Sunbeam Commercial Vehicles

Sunbeam Commercial Vehicles was a commercial vehicle manufacturing offshoot of the Wolverhampton based Sunbeam Motor Car Company when it was a subsidiary of S T D Motors Limited. Sunbeam had always made ambulances on modified Sunbeam car chassis. S T D Motors chose to enter the large commercial vehicle market in the late 1920s, and once established they made petrol and diesel buses and electrically powered trolleybuses and milk floats. Commercial Vehicles became a separate department of Sunbeam in 1931.

Bradford Corporation Tramways were a tramway network in the city of Bradford, West Riding of Yorkshire, England which operated trams from 1882 until 1950 and trolleybuses from 1911 until 1972. The track gauge of the tramways was 4 ft.

Railless is the generic name for three companies which made trolleybuses in Britain between 1906 and 1926. Railless Electric Traction Co Ltd was established in 1908, and were at the forefront of the introduction of trolleybuses to Britain. Financial difficulties in 1911 resulted in RET Construction Co Ltd being formed, to take over the business, goodwill and patents of Railless Electric Traction. This company ran out of orders during the First World War, and went into receivership. Charles H. Roe took over the bodywork part of the business, using RET's works in Leeds, and the goodwill and patents were sold to Railless Ltd, a new company which had been set up by Short Bros Ltd, and manufacture of the chassis transferred to their Seaplane works at Rochester, Kent.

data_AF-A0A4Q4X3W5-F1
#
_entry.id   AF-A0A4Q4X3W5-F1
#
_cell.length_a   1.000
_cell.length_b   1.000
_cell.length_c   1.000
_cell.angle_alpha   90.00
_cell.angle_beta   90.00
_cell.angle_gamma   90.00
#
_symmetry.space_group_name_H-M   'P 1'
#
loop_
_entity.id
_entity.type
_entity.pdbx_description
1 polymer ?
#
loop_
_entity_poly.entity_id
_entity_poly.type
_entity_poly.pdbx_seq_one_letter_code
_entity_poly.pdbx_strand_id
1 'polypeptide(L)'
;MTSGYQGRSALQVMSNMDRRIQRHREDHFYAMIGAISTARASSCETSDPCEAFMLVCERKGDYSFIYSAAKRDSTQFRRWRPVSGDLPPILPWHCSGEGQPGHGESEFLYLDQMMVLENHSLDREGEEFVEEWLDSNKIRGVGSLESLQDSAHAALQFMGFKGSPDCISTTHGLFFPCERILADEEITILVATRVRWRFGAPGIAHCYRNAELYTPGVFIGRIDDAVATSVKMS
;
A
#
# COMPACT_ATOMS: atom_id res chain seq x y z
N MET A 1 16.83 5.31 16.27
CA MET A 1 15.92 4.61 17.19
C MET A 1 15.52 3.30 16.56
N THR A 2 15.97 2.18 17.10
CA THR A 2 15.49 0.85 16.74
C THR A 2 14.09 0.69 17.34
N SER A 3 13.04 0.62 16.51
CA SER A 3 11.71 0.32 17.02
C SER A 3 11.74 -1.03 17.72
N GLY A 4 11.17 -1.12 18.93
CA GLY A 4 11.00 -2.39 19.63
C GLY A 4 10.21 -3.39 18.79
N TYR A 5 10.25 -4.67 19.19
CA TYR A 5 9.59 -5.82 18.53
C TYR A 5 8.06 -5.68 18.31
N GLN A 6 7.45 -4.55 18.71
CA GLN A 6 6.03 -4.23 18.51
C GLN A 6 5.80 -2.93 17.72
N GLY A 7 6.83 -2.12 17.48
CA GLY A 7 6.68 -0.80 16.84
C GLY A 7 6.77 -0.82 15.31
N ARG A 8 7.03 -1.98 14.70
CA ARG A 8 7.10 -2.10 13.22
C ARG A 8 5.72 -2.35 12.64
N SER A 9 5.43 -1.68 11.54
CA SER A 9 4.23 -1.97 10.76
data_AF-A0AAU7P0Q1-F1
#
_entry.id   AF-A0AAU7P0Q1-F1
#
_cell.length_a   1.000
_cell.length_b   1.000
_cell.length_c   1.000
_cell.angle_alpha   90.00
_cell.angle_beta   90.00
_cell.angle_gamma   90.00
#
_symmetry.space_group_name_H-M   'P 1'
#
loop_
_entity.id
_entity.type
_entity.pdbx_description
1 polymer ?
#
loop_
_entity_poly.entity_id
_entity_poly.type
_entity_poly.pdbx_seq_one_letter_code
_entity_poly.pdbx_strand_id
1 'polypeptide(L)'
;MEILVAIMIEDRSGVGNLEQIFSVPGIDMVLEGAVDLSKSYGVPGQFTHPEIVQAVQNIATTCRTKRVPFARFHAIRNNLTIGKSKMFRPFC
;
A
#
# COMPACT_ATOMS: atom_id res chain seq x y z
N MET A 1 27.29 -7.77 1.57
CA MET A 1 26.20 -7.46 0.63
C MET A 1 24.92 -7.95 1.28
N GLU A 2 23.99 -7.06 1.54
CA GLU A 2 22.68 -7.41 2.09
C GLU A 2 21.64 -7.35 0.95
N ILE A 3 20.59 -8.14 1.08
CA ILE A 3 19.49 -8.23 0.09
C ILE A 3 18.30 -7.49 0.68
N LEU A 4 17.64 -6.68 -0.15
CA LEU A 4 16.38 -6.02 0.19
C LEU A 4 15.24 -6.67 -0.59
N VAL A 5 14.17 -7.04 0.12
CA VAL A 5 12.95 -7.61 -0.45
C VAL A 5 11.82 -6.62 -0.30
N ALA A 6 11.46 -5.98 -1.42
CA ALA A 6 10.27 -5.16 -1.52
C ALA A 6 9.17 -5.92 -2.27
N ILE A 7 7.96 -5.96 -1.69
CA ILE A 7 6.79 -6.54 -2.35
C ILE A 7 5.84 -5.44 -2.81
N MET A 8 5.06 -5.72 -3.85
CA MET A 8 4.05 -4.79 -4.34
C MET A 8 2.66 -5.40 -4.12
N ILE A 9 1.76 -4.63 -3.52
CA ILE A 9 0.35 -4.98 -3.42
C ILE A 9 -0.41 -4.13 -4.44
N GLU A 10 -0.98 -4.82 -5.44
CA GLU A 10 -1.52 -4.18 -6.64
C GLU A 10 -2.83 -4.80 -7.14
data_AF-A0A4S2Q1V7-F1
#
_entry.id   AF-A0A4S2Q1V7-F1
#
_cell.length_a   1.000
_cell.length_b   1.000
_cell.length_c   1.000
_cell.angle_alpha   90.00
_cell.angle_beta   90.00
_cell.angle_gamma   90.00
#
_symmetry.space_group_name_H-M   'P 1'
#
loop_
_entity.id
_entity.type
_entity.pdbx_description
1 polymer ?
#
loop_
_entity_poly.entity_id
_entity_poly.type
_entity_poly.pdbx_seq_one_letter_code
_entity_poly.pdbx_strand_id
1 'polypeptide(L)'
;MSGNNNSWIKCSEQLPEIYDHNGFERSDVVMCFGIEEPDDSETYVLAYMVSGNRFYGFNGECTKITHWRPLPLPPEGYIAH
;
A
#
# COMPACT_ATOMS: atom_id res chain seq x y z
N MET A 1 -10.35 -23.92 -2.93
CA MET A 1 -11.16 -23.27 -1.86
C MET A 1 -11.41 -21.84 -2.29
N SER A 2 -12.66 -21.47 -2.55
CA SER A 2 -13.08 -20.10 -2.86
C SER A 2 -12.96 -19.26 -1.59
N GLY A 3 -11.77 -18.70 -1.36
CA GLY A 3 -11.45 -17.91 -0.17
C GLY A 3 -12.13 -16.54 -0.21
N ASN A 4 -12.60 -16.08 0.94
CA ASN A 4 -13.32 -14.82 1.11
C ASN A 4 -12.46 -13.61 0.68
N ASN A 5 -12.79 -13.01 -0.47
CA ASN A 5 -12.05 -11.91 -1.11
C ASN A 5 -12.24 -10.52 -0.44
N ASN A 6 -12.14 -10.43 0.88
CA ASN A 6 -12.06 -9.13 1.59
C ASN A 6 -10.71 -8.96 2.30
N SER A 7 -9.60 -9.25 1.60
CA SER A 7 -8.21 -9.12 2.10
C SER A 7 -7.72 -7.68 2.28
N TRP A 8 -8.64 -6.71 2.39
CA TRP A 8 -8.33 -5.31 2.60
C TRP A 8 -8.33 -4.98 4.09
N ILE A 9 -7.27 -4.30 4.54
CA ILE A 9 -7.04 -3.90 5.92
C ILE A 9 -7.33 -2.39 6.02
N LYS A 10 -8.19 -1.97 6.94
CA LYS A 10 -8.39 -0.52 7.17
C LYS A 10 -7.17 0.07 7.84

1. The Golden Age of Tramways. Published by Taylor & Francis
  2. Tramway Review , Issue 18, 1955.
  3. Important Benefits from Co-ordination at York Commercial Motor 8 February 1935
  4. 1 2 3 4 5 Jenkinson, Keith (1984). York City Buses. Bradford: Autobus Review Publications. ISBN   0-907834-06-X.
  5. 1 2 York Services to be Reorganized Commercial Motor 11 January 1935
  6. 1 2 Transport Moves On History of York
  7. A look back at York's original electric powered public transport The Press 12 June 2014